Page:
Hence, FIG. 4 illustrates the dynamic allocation of bandwidth within a network, such as the Infiniband network 100 and/or 600 discussed above. Such a dynamic bandwidth allocation scheme is facilitated by the QoS manager and the subnet manager, for example, 602 and 604, respectively. Particularly, the communication between the QoS manager and the subnet manager, as facilitated by their corresponding TCP/IP interfaces, provides a robust and reliable communication link enabling the dynamic and efficient provisioning of bandwidth between different user applications of the network.
 FIG. 5 is a block diagram of a process flow 900, in accordance with an exemplary embodiment of the present invention. The process flow 900 describes dynamic bandwidth allocation within an Infiniband network, via the QoS and subnet managers, as described above. Accordingly, the process flow 900 begins at block 902, where a user application sends a request for transmitting data over the Infiniband network. The QoS manager receives the request and initiates a process to further the request. Hence, at block 904, the QoS manager, for example 602 of FIG. 3, acquires a network representation to determine network availability for handling the request. In so doing, the QoS manager may cooperate with the subnet manager, for example 604 of FIG. 3, through a TCP/IP interface for ascertaining a real-time assessment of the capacity of the network to transfer data in accordance with the request of the user application.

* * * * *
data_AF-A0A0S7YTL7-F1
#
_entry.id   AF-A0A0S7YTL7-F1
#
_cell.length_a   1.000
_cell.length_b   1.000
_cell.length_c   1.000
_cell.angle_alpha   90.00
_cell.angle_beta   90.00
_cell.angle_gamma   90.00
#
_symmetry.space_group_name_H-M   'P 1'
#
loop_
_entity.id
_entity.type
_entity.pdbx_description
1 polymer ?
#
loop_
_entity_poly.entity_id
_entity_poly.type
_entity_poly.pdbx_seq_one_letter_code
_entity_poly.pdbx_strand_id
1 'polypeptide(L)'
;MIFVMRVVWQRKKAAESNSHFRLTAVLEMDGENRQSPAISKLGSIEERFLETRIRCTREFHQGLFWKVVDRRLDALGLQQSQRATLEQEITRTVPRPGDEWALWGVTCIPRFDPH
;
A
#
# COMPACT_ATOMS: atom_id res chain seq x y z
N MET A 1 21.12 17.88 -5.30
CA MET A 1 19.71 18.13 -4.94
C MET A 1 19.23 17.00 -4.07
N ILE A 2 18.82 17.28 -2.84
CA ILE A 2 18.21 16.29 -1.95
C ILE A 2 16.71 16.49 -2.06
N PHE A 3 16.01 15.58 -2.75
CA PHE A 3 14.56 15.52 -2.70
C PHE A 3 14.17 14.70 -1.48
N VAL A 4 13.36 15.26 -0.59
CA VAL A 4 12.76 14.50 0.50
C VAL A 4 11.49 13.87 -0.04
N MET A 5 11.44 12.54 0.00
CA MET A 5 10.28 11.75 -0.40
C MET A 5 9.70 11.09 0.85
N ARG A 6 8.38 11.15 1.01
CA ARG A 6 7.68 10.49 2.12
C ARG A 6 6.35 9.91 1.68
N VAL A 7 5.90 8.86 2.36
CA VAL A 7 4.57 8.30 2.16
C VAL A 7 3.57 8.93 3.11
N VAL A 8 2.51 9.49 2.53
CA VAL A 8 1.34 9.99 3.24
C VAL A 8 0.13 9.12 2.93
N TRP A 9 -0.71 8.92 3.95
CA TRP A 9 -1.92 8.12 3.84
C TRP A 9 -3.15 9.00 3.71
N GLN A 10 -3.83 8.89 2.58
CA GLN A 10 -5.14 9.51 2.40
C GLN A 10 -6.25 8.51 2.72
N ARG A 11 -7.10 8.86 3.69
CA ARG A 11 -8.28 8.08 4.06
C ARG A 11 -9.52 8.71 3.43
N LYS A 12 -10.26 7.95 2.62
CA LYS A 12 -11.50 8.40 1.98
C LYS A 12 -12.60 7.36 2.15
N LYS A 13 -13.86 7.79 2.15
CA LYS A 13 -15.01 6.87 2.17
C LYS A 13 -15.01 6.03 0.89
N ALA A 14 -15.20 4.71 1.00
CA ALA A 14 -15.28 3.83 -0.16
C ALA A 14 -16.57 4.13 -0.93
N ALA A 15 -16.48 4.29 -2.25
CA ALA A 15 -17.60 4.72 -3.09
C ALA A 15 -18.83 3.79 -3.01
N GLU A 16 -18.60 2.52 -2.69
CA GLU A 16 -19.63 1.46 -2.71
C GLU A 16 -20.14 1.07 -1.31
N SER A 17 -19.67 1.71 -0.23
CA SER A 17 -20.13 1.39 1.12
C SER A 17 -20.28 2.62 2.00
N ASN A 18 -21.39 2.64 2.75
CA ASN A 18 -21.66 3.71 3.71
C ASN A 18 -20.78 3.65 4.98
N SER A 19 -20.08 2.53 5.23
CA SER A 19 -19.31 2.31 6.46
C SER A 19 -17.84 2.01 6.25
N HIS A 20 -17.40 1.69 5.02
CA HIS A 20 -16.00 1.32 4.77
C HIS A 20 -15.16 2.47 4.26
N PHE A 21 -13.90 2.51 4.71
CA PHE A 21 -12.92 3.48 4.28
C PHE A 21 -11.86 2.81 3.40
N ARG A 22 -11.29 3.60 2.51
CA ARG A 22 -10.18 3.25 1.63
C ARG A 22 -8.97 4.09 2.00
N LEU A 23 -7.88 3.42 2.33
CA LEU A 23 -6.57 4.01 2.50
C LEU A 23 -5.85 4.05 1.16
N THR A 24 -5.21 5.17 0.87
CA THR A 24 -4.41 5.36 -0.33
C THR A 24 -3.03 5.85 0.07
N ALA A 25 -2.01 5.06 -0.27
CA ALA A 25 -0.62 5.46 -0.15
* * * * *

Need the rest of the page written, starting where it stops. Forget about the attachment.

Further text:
It is to be noted that the QoS manager, instead of acquiring a network representation with each request, may as well acquire a network representation upon starting up. Any change in the network may then be communicated to the QoS manager, e.g. by the subnet managers. This allows for a faster handling of the resources because the QoS manager has a valid network representation available at any time.
 From block 904, the process flow advances to decision block 906. If the network representation acquired by the block 904 indicates that enough bandwidth is available to carry out the request, the process flow proceeds to block 908. However, if the network representation indicates that there is insufficient bandwidth, the process flow returns to block 904. At this point the user application may be notified by the QoS manager on the insufficient bandwidth resources available to the network for executing the request. The user may be prompted to wait for network resources to free up or to resubmit the request at a later time.